STOCKHOLM (Reuters) - After a rocky start to his Manchester United career, Sweden defender Victor Lindelof says he is heading to the World Cup in good form having been schooled during his first year with the Reds by coach Jose Mourinho.
The 23-year-old arrived at Old Trafford in 2017 after five years in Mourinho’s native Portugal with Benfica, and initially struggled to adapt to the rough and tumble of the Premier League.
Despite a price tag reported to be 35 million euros (30.6 million pounds), he was initially used sparingly by Mourinho, who preferred to ease Lindelof into the side by playing him in cup competitions and the Champions League group stage.
Mourinho finally handed him his Premier League debut in October away to Liverpool and towards the end of the season the central defender, who can also play at right back, was a regular fixture in the team.
“I’ve learned a lot of things, it’s been a good year for me,” Lindelof told Reuters at a Swedish team media day ahead of their final pre-World Cup friendly against Peru in Gothenburg on Saturday.
“I’ve been playing with a lot of good players and I’ve been learning a lot from my coach, Jose Mourinho, so there’s a lot I’ve learned this season.”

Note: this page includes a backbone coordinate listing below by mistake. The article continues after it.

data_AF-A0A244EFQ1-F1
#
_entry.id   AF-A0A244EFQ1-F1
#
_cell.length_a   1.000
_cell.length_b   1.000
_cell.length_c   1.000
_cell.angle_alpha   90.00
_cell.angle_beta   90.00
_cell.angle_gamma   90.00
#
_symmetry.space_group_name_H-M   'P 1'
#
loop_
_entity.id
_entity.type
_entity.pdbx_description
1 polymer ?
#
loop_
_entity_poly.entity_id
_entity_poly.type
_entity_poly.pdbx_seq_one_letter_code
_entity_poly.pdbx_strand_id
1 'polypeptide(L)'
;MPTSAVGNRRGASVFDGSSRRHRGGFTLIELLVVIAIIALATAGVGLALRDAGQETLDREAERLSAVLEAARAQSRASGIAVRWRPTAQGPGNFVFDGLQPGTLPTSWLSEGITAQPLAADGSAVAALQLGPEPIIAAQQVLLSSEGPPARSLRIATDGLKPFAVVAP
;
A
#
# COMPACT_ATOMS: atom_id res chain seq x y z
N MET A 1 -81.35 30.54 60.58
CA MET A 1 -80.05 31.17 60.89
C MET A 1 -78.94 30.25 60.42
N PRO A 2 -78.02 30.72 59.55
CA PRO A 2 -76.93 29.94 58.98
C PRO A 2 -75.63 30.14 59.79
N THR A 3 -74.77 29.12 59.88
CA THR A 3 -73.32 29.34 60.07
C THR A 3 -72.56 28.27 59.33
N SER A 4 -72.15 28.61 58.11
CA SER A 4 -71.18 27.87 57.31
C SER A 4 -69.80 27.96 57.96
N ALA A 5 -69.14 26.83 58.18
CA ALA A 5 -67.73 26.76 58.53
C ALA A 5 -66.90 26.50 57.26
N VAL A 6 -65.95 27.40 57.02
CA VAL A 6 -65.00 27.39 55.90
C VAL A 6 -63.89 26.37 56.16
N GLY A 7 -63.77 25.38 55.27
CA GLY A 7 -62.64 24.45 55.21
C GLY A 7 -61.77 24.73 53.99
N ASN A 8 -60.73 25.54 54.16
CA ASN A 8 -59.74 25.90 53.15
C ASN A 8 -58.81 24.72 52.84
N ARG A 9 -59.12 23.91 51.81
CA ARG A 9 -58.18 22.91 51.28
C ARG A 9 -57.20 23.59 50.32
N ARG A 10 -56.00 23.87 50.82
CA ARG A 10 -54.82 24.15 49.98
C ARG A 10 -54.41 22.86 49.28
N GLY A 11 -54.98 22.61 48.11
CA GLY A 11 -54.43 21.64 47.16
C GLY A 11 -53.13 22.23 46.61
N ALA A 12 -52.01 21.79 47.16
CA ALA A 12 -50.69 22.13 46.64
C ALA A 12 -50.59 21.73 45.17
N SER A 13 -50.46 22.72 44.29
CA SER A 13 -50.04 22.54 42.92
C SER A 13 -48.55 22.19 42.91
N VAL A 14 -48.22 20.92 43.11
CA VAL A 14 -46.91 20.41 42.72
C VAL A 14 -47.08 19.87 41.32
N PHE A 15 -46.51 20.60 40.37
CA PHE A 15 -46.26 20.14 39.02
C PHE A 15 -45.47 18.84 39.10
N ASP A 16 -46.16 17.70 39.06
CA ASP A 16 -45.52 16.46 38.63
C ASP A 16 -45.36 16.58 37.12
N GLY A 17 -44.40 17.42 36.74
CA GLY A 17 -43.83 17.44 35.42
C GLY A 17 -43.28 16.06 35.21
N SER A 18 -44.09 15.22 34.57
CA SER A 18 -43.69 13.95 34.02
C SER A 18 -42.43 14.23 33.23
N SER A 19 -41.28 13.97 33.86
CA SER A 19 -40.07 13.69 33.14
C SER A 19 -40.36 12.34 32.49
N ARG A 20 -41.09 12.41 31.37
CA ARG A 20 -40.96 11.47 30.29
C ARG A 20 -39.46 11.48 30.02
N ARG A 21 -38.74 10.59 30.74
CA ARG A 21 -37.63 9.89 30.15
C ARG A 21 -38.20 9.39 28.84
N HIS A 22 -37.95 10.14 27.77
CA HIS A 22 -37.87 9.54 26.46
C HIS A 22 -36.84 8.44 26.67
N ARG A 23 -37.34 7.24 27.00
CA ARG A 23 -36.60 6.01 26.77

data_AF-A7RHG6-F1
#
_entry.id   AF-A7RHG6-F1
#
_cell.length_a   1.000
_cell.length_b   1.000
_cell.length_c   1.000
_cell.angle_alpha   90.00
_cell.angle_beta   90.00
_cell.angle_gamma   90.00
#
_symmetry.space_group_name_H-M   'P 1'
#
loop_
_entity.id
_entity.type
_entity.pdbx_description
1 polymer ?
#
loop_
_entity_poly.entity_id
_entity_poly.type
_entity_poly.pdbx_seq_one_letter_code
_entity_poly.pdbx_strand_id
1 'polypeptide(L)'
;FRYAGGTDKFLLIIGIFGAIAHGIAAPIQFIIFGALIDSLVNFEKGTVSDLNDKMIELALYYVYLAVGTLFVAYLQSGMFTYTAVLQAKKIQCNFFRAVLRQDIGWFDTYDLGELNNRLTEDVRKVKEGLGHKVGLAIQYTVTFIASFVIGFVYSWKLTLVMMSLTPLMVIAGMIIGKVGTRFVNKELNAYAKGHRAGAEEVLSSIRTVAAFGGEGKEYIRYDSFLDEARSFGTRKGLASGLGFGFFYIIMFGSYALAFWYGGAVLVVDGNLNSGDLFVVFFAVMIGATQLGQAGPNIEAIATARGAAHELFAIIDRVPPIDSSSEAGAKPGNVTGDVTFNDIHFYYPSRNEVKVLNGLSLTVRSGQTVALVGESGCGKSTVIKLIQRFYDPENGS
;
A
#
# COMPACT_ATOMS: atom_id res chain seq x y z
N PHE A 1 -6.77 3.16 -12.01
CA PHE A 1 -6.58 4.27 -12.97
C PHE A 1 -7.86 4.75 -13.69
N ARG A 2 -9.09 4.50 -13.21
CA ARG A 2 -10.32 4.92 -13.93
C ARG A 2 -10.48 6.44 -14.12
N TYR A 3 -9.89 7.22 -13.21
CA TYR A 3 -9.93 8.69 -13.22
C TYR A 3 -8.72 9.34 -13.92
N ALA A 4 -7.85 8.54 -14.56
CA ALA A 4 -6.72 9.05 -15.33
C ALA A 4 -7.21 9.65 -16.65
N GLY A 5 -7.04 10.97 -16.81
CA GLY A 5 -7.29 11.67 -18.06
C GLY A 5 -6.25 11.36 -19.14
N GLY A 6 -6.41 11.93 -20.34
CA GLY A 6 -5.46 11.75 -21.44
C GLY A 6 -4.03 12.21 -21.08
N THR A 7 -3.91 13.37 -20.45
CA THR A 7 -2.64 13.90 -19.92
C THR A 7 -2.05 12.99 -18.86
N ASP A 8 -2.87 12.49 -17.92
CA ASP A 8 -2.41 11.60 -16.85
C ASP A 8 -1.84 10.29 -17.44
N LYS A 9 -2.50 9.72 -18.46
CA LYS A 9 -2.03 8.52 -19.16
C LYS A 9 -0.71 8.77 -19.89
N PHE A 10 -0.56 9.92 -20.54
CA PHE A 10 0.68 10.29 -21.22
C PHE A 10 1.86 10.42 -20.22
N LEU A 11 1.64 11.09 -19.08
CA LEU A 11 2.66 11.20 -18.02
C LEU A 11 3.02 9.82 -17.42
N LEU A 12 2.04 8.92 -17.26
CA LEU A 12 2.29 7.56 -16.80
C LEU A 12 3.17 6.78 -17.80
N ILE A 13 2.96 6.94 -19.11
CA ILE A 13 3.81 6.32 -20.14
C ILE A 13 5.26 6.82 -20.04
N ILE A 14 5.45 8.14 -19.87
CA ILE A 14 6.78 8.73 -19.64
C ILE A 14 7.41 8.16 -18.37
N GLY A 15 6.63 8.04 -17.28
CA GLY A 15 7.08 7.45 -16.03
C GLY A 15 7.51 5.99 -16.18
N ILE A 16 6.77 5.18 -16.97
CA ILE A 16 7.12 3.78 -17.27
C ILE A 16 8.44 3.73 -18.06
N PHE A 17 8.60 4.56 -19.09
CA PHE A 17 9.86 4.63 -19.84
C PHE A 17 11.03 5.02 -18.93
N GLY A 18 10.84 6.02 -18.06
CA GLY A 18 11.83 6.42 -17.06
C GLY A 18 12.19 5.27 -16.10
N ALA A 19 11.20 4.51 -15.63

Having made his debut for home town club Vasteras as a 16-year old, Lindelof left for Benfica a little over a year later and he went on to win three league titles with the Portuguese giants.
He broke into the Sweden squad that had already qualified for the Euro 2016 finals in France and played in all three group games. However, the Swedes failed to reach the knockout stage.
Plenty of big clubs came calling, but in the end Lindelof stayed another full season in Portugal before heading to United, where he has been studying the form of some of his World Cup opponents.
“I know the players that we are going to play against because they play in the Premier League. I’ve played against them and I know what type of players they are,” Lindelof said, without revealing any names.
Sweden are set to face South Korea, Germany and Mexico in Group F in Russia, and Lindelof says the Premier League is perfect preparation for a demanding tournament.
“It’s one of the toughest leagues in the world, every game is very tough. I think that’s very good for players, it’s important and you improve a lot day by day,” he said.
Reporting by Philip O'Connor; Editing by Christian Radnedge